Sound Velocity and Density of Hcp-Fe Under Earth’s Core Conditions

Monday, 15 December 2014: 10:50 AM
Tatsuya Sakamaki1, Eiji Ohtani1, Hiroshi Fukui2, Seiji Kamada1, Suguru Takahashi1, Takanori Sakairi1, Akihiro Takahata1, Takeshi Sakai3, Satoshi Tsutsui4 and Alfred Q.R. Baron5, (1)Tohoku University, Sendai, Japan, (2)University of Hyogo, Kobe, Japan, (3)Ehime University, Matsuyama, Japan, (4)Japan Synchrotron Radiation Research Institute, Hyogo, Japan, (5)RIKEN SPring-8 Center, Hyogo, Japan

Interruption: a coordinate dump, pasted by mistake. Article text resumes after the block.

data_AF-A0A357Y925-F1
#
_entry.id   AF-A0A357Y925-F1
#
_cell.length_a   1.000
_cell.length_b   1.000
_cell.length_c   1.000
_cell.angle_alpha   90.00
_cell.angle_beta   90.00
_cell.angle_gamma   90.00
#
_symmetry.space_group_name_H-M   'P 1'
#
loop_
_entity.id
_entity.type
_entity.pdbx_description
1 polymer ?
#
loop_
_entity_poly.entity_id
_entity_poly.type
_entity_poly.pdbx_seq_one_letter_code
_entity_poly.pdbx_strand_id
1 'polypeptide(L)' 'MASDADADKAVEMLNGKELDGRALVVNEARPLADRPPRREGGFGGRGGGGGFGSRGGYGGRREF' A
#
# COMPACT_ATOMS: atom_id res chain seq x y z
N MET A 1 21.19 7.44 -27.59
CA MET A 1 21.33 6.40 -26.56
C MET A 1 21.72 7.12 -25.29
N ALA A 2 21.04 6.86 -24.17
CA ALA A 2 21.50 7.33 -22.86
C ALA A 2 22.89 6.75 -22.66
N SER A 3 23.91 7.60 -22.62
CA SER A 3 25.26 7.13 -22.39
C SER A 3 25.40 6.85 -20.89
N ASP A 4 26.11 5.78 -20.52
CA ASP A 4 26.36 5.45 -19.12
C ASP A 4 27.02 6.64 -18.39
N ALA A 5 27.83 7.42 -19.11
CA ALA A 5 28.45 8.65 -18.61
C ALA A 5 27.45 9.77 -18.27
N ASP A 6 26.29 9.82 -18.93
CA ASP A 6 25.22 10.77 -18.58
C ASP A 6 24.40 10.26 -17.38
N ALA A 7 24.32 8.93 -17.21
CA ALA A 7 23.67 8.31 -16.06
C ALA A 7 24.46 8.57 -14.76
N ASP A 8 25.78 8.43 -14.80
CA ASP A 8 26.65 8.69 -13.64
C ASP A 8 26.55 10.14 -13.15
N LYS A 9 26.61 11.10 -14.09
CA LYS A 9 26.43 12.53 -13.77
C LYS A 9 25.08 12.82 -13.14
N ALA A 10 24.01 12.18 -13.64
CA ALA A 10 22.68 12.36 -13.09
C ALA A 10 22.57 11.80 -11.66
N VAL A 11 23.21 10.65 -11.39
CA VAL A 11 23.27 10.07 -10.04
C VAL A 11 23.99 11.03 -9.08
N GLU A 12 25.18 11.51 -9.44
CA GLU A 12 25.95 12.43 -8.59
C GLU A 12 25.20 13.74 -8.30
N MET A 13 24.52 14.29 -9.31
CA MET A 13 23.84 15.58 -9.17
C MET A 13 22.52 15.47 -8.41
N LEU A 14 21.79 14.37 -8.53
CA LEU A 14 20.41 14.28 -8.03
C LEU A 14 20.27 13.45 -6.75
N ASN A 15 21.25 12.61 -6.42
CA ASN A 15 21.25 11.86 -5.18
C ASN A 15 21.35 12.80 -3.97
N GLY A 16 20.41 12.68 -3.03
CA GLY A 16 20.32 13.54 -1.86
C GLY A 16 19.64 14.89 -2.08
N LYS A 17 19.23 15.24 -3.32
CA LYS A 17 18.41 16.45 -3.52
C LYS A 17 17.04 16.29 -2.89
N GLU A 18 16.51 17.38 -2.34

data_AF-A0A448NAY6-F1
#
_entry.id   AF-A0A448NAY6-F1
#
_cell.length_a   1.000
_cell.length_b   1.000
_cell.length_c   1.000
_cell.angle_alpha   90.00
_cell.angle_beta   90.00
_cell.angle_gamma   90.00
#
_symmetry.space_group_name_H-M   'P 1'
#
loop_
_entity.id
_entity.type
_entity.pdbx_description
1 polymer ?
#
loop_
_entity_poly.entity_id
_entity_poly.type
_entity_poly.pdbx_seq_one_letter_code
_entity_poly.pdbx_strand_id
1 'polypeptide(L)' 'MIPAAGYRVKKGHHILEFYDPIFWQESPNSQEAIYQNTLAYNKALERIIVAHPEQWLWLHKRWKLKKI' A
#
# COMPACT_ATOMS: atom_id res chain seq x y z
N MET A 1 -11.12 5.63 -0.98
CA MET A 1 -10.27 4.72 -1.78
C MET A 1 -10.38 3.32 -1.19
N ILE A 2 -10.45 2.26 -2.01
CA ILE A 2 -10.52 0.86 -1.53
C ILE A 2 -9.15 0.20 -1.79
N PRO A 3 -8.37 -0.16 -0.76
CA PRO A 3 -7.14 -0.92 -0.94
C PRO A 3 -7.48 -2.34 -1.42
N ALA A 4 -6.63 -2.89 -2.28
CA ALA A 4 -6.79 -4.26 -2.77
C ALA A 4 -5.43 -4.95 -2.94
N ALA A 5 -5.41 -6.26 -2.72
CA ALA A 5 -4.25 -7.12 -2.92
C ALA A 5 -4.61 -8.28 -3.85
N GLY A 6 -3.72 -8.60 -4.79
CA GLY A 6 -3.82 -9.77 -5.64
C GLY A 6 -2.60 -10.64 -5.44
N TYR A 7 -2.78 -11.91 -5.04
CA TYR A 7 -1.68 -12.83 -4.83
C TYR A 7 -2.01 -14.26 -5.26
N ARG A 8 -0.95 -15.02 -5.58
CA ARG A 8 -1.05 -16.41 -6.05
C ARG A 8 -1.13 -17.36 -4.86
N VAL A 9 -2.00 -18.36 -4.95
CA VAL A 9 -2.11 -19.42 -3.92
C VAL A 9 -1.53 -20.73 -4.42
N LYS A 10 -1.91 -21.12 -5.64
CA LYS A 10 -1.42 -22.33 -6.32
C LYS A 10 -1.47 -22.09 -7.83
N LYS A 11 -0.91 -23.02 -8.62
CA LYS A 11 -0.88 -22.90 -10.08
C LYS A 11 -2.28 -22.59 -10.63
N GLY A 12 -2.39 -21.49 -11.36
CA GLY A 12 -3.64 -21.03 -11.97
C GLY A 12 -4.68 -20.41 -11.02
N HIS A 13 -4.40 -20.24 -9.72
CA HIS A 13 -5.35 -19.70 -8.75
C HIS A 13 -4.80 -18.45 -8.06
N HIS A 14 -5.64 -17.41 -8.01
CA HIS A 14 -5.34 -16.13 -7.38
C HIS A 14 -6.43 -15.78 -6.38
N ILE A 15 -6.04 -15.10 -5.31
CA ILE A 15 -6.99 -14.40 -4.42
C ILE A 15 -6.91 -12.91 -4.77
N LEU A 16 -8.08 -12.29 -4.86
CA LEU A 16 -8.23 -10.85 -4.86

Earth’s inner core consists of mainly hexagonal close-packed iron (hcp-Fe). Therefore, the physical properties of hcp-Fe can provide significant knowledge about the core. Despite seismological observations providing density-sound velocity data of Earth’s core, there are few experimental reports about the sound velocity of hcp-Fe at ultrahigh pressure and temperature. The sound velocity of pure hcp-Fe at high temperature provides an important constraint on the composition of the Earth's core: any model of the impurity composition of the core must satisfy both the density deficit from seismology and give an appropriate change in velocity. Here, we report the compressional sound velocity ( VP ) of hcp-Fe up to 163 GPa and 3000 K based on a combination of the laser-heated diamond anvil cell and inelastic X-ray scattering measurements. The pressure and temperature dependence suggest both the density and VP of hcp-Fe are higher than PREM. In other words, Earth’s inner core shows a velocity deficit in addition to the density deficit. Thus, we conclude that light elements or a combination of light elements and nickel in the inner core decreases not only density but also VP of hcp-Fe simultaneously under the inner core conditions. We will discuss the Earth’s core composition based on our results.